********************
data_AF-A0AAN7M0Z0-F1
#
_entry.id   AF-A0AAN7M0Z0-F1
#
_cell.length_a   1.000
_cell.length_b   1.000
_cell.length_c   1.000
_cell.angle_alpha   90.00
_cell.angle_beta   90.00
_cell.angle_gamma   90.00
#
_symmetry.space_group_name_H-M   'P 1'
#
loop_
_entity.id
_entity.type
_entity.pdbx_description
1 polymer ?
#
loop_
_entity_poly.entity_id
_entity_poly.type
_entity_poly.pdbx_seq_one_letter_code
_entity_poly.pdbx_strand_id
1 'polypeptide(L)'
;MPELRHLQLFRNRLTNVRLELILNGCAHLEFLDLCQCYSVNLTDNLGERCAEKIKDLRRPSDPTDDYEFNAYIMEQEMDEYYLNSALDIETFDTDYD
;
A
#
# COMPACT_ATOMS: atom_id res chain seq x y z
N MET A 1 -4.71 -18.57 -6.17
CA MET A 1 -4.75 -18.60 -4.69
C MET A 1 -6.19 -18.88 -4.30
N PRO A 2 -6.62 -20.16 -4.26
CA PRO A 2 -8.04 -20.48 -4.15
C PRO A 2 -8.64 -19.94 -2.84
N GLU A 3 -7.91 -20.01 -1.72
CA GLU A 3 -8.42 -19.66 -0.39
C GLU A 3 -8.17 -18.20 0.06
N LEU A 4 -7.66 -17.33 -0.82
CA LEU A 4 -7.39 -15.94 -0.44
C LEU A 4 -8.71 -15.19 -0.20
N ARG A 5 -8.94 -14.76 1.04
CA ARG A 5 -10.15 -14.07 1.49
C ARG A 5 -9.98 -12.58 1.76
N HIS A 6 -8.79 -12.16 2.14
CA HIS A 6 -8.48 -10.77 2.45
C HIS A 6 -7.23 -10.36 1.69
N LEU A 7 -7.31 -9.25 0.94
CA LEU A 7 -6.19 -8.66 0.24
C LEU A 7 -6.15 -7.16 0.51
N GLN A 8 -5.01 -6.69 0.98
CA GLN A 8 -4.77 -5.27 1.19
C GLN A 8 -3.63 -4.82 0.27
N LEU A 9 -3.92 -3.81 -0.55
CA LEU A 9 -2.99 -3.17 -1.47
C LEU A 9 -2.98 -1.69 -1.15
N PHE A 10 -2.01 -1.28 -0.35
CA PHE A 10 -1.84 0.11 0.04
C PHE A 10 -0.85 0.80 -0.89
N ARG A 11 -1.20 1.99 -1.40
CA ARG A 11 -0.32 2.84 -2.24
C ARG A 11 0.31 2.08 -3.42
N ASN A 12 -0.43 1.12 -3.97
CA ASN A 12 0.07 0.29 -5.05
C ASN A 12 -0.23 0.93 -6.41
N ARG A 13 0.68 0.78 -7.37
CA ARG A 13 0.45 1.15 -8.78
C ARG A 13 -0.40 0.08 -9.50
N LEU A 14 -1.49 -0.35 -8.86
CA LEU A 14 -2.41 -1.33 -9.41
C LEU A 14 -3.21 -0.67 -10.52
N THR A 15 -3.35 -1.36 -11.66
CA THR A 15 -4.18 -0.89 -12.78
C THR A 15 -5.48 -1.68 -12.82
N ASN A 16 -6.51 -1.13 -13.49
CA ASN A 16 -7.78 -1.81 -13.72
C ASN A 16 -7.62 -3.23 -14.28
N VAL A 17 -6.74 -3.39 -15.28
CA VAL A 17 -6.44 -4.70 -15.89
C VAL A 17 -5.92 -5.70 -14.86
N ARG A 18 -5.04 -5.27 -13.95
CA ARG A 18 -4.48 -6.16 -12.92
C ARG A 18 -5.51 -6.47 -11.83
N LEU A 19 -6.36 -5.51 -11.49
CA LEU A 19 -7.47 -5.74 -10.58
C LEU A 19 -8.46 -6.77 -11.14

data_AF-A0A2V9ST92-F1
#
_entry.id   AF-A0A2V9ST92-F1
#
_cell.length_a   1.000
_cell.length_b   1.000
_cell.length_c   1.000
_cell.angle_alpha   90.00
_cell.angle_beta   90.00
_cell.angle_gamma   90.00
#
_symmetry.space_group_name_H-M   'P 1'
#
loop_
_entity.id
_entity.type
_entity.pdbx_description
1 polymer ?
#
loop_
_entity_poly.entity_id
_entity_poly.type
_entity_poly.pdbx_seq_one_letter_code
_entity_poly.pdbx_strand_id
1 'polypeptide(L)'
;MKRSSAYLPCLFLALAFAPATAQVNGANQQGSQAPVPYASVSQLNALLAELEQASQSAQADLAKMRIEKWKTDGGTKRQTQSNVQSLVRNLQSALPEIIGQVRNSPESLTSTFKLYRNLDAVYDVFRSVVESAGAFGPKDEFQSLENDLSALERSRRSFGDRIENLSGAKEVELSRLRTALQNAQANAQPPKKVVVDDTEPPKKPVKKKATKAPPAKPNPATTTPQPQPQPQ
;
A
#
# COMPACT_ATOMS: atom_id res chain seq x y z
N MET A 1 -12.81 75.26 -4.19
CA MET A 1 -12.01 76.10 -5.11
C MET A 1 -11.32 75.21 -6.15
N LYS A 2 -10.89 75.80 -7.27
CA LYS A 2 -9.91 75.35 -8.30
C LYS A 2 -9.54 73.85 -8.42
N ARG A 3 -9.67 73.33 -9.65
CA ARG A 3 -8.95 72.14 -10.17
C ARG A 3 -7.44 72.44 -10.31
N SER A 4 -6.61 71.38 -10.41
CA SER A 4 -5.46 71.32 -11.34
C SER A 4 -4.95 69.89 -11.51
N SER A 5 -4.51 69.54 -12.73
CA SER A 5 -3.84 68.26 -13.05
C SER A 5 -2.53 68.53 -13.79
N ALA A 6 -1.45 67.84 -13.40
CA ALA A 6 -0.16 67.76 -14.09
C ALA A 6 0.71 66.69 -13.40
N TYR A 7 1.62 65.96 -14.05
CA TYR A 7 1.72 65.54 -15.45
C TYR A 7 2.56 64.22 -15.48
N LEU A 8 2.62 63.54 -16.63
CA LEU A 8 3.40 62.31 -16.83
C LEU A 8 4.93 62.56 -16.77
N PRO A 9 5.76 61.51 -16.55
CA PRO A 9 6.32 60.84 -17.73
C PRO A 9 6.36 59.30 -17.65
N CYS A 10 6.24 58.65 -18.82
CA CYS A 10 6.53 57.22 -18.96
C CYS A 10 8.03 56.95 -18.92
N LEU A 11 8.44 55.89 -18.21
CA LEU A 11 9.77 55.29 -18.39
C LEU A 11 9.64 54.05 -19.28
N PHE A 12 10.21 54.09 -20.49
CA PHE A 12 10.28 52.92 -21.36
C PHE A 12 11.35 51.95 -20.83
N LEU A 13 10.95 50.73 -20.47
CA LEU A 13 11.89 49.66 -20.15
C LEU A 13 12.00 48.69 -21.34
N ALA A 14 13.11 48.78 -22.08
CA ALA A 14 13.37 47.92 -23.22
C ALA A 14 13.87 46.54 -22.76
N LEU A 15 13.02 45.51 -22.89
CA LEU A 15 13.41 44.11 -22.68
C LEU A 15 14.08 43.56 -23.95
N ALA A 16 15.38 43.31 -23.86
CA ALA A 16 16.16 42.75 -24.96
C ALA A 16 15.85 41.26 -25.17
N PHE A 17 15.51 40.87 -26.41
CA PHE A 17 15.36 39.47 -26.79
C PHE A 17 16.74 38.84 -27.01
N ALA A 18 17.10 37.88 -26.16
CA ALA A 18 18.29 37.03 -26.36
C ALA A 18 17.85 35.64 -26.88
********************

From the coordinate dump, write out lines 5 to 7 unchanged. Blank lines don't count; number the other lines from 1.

_cell.length_a   1.000
_cell.length_b   1.000
_cell.length_c   1.000